What I want to know is do you have any cooling on the rotary valve so that the hot exhaust gasses aren't warming up the intake charge too badly.

Thanks for the clarification, I must have been too busy looking at the intake side to notice. Plus when I read he the factory header bolted up, my brain went 2+2=5 means factory exhaust valve in the head. Maybe I needed more caffeine this morning before trying to contemplate axial flow rotary valved engines. Thanks again.

 

taylorp035
taylorp035 New Reader
10/3/18 6:30 p.m.

"What I want to know is do you have any cooling on the rotary valve so that the hot exhaust gasses aren't warming up the intake charge too badly. "

No, not directly in the valve like the Ralph Watson design.  The floating seal on the bottom has cooling running around it and the cylinder head has cooling channels.  The exhaust seal holder has coolant running through it as well, which is sandwiched between the exhaust bearings (yes, it has muffler bearings...) and the exhaust manifolds.

 

Ransom
Ransom PowerDork
10/3/18 6:33 p.m.
taylorp035 said:

...the exhaust bearings (yes, it has muffler bearings...)

That's fantastic.

DDT
DDT New Reader
10/4/18 4:22 p.m.

In reply to Ransom :

I've gotta know, does the system maintain good cylinder compression? Is it designed such that the compression ratio is the same as factory? Have you done a compression test? It seems like you'd have to do a lot of work to maintain compression between the valve housing and the cylinder, and also between the rotating valve and the chamber. Are the shaft seals positioned to assist in the cylinder compression or is it just the fit between the valve and valve housing? Neat! 

taylorp035
taylorp035 New Reader
10/4/18 6:58 p.m.
DDT said:

In reply to Ransom :

I've gotta know, does the system maintain good cylinder compression? Is it designed such that the compression ratio is the same as factory? Have you done a compression test? It seems like you'd have to do a lot of work to maintain compression between the valve housing and the cylinder, and also between the rotating valve and the chamber. Are the shaft seals positioned to assist in the cylinder compression or is it just the fit between the valve and valve housing? Neat!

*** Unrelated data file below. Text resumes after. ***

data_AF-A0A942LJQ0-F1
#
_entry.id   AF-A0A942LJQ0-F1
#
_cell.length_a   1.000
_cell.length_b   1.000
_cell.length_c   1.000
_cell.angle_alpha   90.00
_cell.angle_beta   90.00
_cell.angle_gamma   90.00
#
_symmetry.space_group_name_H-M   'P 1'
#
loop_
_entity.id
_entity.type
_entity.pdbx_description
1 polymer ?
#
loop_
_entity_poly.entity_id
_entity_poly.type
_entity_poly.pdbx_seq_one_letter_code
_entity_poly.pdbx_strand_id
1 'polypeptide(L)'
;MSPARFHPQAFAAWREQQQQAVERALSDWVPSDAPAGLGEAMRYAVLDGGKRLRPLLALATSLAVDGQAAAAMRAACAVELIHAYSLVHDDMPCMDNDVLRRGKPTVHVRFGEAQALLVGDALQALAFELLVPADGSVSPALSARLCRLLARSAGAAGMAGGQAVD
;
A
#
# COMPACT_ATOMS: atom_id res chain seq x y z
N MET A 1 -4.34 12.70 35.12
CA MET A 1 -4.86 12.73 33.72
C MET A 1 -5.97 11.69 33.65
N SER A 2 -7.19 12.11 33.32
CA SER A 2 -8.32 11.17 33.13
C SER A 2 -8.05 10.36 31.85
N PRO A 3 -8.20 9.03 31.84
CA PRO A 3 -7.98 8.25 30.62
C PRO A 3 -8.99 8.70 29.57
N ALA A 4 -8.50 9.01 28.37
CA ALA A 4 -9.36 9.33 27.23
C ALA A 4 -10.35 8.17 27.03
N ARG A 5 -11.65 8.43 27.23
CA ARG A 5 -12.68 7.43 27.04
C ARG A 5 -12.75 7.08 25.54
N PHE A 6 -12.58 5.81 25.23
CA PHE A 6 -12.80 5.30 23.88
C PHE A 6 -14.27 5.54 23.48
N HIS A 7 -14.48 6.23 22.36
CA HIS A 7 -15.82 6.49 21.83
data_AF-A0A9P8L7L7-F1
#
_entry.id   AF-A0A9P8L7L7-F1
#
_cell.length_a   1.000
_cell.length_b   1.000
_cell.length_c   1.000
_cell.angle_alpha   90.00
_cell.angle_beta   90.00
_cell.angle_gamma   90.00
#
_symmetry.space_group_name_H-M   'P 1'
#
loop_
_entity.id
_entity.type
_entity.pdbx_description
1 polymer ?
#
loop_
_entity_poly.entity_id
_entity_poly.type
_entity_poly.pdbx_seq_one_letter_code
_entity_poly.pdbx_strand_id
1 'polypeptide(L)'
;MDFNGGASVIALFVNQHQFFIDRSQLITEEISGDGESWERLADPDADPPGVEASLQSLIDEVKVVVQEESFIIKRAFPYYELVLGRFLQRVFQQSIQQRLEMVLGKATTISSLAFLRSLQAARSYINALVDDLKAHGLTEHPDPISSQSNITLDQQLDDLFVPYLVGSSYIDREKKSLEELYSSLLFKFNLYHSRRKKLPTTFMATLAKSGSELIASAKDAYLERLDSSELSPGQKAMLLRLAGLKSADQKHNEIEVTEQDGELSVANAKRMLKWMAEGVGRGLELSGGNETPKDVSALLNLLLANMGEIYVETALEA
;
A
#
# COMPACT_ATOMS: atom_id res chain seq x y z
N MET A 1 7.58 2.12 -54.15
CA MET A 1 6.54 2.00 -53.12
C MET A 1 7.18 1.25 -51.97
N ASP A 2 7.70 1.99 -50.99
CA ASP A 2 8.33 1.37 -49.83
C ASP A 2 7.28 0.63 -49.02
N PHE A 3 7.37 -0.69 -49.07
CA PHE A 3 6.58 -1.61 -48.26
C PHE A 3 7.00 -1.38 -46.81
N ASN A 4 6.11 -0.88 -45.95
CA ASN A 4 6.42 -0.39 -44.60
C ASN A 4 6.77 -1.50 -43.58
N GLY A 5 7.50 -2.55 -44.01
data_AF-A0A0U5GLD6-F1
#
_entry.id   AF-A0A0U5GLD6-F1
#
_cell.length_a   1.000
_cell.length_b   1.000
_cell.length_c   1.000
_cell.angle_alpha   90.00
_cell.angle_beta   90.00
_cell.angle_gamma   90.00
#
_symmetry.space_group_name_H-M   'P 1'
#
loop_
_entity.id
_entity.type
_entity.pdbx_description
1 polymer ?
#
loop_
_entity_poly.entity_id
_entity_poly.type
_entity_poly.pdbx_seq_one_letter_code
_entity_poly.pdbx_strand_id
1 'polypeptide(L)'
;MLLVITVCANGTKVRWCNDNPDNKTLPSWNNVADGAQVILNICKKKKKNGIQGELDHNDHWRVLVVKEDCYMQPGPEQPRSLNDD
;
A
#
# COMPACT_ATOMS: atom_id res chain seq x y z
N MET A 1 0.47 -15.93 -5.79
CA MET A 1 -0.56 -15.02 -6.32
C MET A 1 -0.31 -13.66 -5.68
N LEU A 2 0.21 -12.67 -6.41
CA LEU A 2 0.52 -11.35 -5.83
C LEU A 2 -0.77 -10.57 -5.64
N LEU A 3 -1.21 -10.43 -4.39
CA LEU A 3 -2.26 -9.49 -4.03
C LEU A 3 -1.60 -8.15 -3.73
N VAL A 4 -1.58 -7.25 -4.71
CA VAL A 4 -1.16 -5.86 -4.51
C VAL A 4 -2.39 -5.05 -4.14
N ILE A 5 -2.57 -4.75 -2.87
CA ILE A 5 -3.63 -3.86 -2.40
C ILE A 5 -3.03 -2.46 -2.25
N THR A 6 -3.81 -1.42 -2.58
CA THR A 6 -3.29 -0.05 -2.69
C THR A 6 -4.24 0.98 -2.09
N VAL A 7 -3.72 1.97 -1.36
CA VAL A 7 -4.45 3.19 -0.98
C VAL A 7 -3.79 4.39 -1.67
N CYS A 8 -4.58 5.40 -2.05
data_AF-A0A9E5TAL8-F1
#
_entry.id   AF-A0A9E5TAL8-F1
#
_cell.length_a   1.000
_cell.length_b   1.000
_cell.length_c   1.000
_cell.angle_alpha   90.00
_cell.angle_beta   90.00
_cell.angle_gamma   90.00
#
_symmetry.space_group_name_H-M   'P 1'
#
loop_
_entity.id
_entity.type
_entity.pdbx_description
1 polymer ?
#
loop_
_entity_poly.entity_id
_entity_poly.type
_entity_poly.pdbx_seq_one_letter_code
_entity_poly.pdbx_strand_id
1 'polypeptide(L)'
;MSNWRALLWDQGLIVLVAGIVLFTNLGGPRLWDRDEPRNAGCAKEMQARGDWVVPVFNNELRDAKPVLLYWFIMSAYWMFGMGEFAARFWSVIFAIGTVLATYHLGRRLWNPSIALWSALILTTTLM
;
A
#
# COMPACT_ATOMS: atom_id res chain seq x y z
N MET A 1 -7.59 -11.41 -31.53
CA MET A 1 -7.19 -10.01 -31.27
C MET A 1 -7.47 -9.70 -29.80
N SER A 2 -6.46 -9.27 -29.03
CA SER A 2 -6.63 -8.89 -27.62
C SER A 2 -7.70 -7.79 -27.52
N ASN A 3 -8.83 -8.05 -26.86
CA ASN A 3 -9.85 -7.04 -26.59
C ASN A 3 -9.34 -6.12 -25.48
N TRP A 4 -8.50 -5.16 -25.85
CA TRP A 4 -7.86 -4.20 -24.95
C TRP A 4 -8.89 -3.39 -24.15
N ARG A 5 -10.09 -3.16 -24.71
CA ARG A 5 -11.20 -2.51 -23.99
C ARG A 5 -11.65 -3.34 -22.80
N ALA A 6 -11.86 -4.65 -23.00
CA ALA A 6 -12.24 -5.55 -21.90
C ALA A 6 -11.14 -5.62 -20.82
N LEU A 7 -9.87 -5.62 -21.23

Yes, it holds compression quite well around the rotary valves.  The stock compression ratio was 10.2:1 and we designed it to be 10:1, which was largely driven by the tradeoff of port opening angles and volume of the combustion chamber.  With the right timing, you can achieve 165 psi of compression using the starter motor, but the valve timing that achieves this is really terrible for higher end power (the car will max out at 3,000 rpm).   As for the challenges for sealing the valve, there are a lot of considerations when you make the port and valve hole sizes.  And when we made the floating seals, we effectively lapped the seals to the right size.   The rotary shaft seals on either end of the valve only seal the intake vacuum pressure or the exhaust pressure.... they aren't going to seal against a few hundred or even 1000+ psi.  The seals seem to be holding up better than I was expecting and the only issues have mainly been due to damage during installation.  The durability of the valves and floating seals has been better than I was expecting as well, which I think is largely due to our design have relatively low unit pressure on the mating surfaces due to the geometry.  I think a lot of people have issues with their own rotary valve engines because they try and make the seal super tiny... we have taken more of the old equipment design approach.  We also didn't skimp on any of the material choices for the valves, head or floating seals....

 

taylorp035
taylorp035 New Reader
10/4/18 7:11 p.m.